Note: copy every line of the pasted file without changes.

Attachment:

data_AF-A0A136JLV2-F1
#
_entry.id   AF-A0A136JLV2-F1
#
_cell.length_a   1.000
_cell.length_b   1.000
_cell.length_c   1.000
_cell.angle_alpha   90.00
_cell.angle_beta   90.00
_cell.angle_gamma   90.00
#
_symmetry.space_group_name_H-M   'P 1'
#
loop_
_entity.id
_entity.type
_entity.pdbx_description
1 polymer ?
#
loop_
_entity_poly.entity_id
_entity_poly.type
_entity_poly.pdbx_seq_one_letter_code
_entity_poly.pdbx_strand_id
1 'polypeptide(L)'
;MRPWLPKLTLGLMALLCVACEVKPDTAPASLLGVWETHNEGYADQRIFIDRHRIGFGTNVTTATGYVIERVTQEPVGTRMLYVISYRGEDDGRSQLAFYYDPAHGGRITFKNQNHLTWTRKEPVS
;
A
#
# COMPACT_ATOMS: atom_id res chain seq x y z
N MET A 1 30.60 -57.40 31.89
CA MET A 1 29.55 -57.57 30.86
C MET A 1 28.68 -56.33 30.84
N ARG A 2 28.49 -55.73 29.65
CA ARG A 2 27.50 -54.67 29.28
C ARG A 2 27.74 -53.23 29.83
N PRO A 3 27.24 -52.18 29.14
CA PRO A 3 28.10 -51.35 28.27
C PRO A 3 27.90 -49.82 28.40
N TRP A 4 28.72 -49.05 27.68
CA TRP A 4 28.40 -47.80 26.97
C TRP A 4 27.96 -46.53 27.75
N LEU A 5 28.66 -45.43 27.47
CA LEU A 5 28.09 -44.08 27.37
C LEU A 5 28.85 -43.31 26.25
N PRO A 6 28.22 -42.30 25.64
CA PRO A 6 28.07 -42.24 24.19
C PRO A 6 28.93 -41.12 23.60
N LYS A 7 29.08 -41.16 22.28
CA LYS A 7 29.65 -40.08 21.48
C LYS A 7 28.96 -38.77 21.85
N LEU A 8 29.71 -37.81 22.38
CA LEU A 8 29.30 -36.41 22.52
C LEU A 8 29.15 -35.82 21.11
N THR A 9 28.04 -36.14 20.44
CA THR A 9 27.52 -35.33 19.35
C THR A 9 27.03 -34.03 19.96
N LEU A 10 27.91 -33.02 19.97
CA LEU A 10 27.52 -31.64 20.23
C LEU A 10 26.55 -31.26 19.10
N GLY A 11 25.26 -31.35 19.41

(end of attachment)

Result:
data_AF-A0A136JLV2-F1
#
_entry.id   AF-A0A136JLV2-F1
#
_cell.length_a   1.000
_cell.length_b   1.000
_cell.length_c   1.000
_cell.angle_alpha   90.00
_cell.angle_beta   90.00
_cell.angle_gamma   90.00
#
_symmetry.space_group_name_H-M   'P 1'
#
loop_
_entity.id
_entity.type
_entity.pdbx_description
1 polymer ?
#
loop_
_entity_poly.entity_id
_entity_poly.type
_entity_poly.pdbx_seq_one_letter_code
_entity_poly.pdbx_strand_id
1 'polypeptide(L)'
;MRPWLPKLTLGLMALLCVACEVKPDTAPASLLGVWETHNEGYADQRIFIDRHRIGFGTNVTTATGYVIERVTQEPVGTRMLYVISYRGEDDGRSQLAFYYDPAHGGRITFKNQNHLTWTRKEPVS
;
A
#
# COMPACT_ATOMS: atom_id res chain seq x y z
N MET A 1 30.60 -57.40 31.89
CA MET A 1 29.55 -57.57 30.86
C MET A 1 28.68 -56.33 30.84
N ARG A 2 28.49 -55.73 29.65
CA ARG A 2 27.50 -54.67 29.28
C ARG A 2 27.74 -53.23 29.83
N PRO A 3 27.24 -52.18 29.14
CA PRO A 3 28.10 -51.35 28.27
C PRO A 3 27.90 -49.82 28.40
N TRP A 4 28.72 -49.05 27.68
CA TRP A 4 28.40 -47.80 26.97
C TRP A 4 27.96 -46.53 27.75
N LEU A 5 28.66 -45.43 27.47
CA LEU A 5 28.09 -44.08 27.37
C LEU A 5 28.85 -43.31 26.25
N PRO A 6 28.22 -42.30 25.64
CA PRO A 6 28.07 -42.24 24.19
C PRO A 6 28.93 -41.12 23.60
N LYS A 7 29.08 -41.16 22.28
CA LYS A 7 29.65 -40.08 21.48
C LYS A 7 28.96 -38.77 21.85
N LEU A 8 29.71 -37.81 22.38
CA LEU A 8 29.30 -36.41 22.52
C LEU A 8 29.15 -35.82 21.11
N THR A 9 28.04 -36.14 20.44
CA THR A 9 27.52 -35.33 19.35
C THR A 9 27.03 -34.03 19.96
N LEU A 10 27.91 -33.02 19.97
CA LEU A 10 27.52 -31.64 20.23
C LEU A 10 26.55 -31.26 19.10
N GLY A 11 25.26 -31.35 19.41